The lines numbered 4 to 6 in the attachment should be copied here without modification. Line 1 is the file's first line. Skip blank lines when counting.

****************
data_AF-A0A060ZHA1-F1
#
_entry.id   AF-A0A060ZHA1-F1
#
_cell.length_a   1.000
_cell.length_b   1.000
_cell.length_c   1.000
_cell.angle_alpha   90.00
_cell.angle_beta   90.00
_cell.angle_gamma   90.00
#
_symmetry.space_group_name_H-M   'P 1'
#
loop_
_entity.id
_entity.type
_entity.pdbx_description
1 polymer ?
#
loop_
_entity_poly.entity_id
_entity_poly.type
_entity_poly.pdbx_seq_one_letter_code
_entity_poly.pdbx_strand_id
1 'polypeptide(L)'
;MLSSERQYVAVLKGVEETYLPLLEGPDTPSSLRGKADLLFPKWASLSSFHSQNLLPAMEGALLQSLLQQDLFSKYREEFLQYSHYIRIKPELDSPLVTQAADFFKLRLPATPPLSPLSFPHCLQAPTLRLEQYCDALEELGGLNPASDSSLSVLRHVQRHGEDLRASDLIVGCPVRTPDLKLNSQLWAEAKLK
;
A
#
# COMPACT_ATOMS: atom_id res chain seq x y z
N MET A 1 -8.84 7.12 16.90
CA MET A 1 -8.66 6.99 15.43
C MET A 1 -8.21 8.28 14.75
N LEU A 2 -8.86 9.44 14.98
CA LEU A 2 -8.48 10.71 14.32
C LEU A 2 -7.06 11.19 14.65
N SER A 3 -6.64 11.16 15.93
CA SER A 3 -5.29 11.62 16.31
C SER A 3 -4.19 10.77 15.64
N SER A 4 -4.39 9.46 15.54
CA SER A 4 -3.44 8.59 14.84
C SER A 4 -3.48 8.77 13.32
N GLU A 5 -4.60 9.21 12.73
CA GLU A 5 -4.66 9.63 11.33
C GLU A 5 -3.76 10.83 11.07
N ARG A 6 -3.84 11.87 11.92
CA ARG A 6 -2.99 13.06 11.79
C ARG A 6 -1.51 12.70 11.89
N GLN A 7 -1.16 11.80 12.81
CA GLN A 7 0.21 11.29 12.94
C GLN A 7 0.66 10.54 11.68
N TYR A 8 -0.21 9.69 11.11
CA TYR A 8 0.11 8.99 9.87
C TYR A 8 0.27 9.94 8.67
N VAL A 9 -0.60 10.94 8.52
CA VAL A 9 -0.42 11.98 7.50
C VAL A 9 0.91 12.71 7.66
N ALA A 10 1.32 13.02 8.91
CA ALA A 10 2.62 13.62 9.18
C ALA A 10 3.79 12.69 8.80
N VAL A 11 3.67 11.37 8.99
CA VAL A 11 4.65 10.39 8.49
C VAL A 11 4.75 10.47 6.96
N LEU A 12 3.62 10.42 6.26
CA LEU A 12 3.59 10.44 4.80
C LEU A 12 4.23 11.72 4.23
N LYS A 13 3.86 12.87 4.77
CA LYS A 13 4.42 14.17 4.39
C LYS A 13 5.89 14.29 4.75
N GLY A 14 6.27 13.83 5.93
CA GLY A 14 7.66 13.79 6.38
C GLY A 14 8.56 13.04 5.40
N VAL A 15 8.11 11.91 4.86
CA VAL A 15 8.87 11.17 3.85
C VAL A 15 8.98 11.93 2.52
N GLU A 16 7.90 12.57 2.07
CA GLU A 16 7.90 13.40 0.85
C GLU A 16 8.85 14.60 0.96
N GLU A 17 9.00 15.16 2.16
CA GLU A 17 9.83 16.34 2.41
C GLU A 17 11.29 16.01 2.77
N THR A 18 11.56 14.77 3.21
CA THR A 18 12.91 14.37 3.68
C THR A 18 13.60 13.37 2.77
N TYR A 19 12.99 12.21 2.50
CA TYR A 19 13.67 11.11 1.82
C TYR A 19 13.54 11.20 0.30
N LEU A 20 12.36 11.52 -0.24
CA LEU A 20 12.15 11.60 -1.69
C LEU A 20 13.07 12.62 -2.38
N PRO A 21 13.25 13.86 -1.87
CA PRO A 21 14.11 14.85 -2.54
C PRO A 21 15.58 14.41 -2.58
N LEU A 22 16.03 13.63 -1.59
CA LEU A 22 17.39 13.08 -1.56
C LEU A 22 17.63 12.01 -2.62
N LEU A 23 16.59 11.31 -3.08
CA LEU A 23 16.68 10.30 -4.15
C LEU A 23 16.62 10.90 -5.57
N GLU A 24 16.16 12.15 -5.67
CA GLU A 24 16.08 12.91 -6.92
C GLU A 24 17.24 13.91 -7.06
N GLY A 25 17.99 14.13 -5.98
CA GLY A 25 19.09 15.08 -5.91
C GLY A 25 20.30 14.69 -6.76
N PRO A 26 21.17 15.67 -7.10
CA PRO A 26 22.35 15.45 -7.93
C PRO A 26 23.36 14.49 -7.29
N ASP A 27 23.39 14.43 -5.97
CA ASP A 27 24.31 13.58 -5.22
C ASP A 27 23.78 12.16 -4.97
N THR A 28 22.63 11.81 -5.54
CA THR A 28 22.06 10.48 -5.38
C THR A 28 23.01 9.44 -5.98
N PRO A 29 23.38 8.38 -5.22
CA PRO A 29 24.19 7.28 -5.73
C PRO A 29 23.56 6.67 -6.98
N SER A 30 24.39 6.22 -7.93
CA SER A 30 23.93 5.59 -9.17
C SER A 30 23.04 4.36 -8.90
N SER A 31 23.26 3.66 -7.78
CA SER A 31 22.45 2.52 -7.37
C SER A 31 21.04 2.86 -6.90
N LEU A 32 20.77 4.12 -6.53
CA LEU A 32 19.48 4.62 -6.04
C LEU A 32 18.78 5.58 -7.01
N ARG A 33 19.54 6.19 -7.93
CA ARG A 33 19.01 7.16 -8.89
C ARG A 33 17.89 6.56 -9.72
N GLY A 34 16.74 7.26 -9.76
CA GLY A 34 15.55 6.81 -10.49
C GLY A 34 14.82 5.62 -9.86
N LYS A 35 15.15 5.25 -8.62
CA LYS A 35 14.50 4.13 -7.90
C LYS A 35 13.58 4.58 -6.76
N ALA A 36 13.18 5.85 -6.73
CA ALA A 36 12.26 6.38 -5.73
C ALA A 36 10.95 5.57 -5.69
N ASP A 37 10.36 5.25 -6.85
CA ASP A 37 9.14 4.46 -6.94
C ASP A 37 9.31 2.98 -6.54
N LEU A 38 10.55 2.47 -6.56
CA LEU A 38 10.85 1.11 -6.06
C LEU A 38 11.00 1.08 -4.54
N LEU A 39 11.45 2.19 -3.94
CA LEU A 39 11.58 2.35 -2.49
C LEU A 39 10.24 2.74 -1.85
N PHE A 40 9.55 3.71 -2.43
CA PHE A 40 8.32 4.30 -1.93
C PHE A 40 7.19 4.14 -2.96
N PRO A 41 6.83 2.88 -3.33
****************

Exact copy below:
#
_cell.length_a   1.000
_cell.length_b   1.000